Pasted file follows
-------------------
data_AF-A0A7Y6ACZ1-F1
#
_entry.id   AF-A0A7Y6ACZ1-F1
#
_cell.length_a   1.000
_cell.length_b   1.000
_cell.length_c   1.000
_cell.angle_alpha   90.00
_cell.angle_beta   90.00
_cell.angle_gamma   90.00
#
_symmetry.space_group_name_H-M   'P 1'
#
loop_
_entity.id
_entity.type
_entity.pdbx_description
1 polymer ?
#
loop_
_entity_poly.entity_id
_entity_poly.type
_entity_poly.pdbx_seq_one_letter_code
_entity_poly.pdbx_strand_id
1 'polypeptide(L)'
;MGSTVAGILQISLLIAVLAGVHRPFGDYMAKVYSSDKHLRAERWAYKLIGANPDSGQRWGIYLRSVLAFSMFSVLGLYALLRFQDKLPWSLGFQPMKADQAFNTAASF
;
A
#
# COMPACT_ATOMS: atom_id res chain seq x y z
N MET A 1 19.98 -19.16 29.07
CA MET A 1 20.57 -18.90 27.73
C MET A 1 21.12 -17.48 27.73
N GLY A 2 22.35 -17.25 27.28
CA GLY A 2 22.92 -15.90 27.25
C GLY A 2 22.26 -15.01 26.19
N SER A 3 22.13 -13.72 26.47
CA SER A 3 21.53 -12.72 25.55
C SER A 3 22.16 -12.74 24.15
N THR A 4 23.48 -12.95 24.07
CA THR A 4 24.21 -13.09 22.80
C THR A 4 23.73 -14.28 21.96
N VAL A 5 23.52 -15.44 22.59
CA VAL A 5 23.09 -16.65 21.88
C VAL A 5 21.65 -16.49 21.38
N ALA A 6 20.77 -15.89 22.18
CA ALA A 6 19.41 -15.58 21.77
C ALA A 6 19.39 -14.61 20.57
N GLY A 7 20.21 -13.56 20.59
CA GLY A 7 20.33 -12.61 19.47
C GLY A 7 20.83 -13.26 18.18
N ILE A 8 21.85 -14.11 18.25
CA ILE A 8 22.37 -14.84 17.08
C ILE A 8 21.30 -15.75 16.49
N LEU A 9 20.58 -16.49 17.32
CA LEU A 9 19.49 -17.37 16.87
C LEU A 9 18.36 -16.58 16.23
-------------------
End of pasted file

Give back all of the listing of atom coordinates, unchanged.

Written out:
data_AF-A0A7Y6ACZ1-F1
#
_entry.id   AF-A0A7Y6ACZ1-F1
#
_cell.length_a   1.000
_cell.length_b   1.000
_cell.length_c   1.000
_cell.angle_alpha   90.00
_cell.angle_beta   90.00
_cell.angle_gamma   90.00
#
_symmetry.space_group_name_H-M   'P 1'
#
loop_
_entity.id
_entity.type
_entity.pdbx_description
1 polymer ?
#
loop_
_entity_poly.entity_id
_entity_poly.type
_entity_poly.pdbx_seq_one_letter_code
_entity_poly.pdbx_strand_id
1 'polypeptide(L)'
;MGSTVAGILQISLLIAVLAGVHRPFGDYMAKVYSSDKHLRAERWAYKLIGANPDSGQRWGIYLRSVLAFSMFSVLGLYALLRFQDKLPWSLGFQPMKADQAFNTAASF
;
A
#
# COMPACT_ATOMS: atom_id res chain seq x y z
N MET A 1 19.98 -19.16 29.07
CA MET A 1 20.57 -18.90 27.73
C MET A 1 21.12 -17.48 27.73
N GLY A 2 22.35 -17.25 27.28
CA GLY A 2 22.92 -15.90 27.25
C GLY A 2 22.26 -15.01 26.19
N SER A 3 22.13 -13.72 26.47
CA SER A 3 21.53 -12.72 25.55
C SER A 3 22.16 -12.74 24.15
N THR A 4 23.48 -12.95 24.07
CA THR A 4 24.21 -13.09 22.80
C THR A 4 23.73 -14.28 21.96
N VAL A 5 23.52 -15.44 22.59
CA VAL A 5 23.09 -16.65 21.88
C VAL A 5 21.65 -16.49 21.38
N ALA A 6 20.77 -15.89 22.18
CA ALA A 6 19.41 -15.58 21.77
C ALA A 6 19.39 -14.61 20.57
N GLY A 7 20.21 -13.56 20.59
CA GLY A 7 20.33 -12.61 19.47
C GLY A 7 20.83 -13.26 18.18
N ILE A 8 21.85 -14.11 18.25
CA ILE A 8 22.37 -14.84 17.08
C ILE A 8 21.30 -15.75 16.49
N LEU A 9 20.58 -16.49 17.32
CA LEU A 9 19.49 -17.37 16.87
C LEU A 9 18.36 -16.58 16.23